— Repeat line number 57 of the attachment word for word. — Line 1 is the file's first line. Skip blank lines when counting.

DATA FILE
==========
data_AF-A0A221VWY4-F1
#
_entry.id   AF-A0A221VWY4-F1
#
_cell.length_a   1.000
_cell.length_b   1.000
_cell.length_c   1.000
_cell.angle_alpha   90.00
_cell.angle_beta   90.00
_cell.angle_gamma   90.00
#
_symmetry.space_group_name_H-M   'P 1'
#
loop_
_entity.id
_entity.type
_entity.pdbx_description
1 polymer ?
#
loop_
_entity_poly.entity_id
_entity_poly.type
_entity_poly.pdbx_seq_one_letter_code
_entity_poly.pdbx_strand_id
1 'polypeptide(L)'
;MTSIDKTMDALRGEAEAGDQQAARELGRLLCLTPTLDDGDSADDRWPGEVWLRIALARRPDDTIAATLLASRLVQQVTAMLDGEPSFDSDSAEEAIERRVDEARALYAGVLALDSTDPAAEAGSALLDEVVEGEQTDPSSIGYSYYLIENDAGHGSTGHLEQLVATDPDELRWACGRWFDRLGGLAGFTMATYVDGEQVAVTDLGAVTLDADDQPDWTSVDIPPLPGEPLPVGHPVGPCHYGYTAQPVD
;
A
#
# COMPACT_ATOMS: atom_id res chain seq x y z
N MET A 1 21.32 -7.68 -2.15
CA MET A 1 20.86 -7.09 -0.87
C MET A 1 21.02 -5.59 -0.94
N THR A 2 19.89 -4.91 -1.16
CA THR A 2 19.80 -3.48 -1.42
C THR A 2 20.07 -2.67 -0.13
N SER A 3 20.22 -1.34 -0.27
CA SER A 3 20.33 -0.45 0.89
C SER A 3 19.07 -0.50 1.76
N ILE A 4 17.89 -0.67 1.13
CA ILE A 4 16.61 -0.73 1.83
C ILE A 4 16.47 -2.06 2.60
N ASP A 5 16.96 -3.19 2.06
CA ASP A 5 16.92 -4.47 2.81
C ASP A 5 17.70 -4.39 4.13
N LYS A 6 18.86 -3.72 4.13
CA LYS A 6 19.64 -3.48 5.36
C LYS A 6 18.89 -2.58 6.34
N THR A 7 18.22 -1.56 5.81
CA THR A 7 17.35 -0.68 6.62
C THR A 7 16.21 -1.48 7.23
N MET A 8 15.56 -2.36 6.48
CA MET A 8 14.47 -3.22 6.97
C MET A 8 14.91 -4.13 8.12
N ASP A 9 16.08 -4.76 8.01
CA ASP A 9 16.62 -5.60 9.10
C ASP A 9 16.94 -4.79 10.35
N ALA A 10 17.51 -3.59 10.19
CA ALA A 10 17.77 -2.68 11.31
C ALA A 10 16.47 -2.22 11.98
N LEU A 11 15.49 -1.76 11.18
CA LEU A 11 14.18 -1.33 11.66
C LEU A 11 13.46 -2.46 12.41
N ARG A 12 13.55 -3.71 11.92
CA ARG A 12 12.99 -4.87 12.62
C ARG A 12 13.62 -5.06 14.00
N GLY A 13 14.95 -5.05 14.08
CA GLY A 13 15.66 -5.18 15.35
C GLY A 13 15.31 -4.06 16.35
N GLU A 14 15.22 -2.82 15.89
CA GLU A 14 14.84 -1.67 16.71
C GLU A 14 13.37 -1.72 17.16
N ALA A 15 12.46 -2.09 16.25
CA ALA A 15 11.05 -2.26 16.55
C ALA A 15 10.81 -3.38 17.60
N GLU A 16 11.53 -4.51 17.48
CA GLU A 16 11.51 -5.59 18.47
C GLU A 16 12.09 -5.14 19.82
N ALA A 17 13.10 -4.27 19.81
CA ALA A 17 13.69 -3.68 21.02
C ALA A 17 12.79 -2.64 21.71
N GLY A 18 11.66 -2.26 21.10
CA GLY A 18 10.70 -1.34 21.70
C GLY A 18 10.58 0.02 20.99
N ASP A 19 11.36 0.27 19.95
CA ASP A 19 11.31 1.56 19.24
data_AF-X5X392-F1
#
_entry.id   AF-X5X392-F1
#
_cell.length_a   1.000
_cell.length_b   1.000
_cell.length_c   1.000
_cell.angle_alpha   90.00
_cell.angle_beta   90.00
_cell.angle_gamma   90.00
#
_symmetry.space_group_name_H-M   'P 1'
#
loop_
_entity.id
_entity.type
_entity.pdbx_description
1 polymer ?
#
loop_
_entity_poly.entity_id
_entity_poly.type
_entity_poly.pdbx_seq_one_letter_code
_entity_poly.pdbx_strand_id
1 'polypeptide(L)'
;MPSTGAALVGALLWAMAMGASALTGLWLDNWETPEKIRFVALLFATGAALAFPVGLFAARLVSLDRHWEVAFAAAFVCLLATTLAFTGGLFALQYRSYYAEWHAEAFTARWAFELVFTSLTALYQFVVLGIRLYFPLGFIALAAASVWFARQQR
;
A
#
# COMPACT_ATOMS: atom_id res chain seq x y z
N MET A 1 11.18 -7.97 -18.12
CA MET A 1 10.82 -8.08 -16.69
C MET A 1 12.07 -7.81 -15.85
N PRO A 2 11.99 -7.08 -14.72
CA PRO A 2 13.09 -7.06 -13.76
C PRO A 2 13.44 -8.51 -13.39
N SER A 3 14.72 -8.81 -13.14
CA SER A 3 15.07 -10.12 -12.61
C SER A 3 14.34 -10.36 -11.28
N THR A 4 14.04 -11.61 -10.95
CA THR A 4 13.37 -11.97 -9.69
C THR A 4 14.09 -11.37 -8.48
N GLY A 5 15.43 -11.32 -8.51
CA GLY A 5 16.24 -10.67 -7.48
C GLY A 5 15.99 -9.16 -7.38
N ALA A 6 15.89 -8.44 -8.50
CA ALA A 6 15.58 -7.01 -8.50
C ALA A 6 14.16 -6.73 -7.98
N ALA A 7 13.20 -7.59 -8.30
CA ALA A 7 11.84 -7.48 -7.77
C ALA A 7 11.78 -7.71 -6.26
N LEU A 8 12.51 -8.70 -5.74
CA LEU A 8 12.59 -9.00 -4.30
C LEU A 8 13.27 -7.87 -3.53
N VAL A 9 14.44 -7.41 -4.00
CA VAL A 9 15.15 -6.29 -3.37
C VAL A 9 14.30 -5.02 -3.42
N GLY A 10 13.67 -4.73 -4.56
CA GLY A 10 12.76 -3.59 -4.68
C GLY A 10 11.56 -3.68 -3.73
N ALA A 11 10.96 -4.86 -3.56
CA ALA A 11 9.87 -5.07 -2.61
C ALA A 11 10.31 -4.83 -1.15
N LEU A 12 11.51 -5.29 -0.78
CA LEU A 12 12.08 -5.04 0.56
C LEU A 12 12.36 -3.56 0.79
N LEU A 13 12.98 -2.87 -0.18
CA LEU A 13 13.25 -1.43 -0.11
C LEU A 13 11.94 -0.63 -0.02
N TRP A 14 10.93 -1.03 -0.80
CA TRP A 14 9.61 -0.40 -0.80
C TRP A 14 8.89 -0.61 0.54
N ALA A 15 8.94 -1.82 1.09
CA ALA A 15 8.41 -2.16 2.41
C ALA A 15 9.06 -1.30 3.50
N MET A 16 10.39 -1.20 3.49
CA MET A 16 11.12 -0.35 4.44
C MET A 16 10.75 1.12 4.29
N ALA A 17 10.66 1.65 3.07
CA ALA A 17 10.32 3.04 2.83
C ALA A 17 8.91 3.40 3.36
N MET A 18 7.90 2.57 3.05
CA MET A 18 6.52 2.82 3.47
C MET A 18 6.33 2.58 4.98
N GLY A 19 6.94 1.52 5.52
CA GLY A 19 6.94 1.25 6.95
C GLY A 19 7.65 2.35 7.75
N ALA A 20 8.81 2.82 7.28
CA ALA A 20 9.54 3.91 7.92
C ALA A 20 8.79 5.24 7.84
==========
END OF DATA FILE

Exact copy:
C ASP A 9 16.94 -4.79 10.35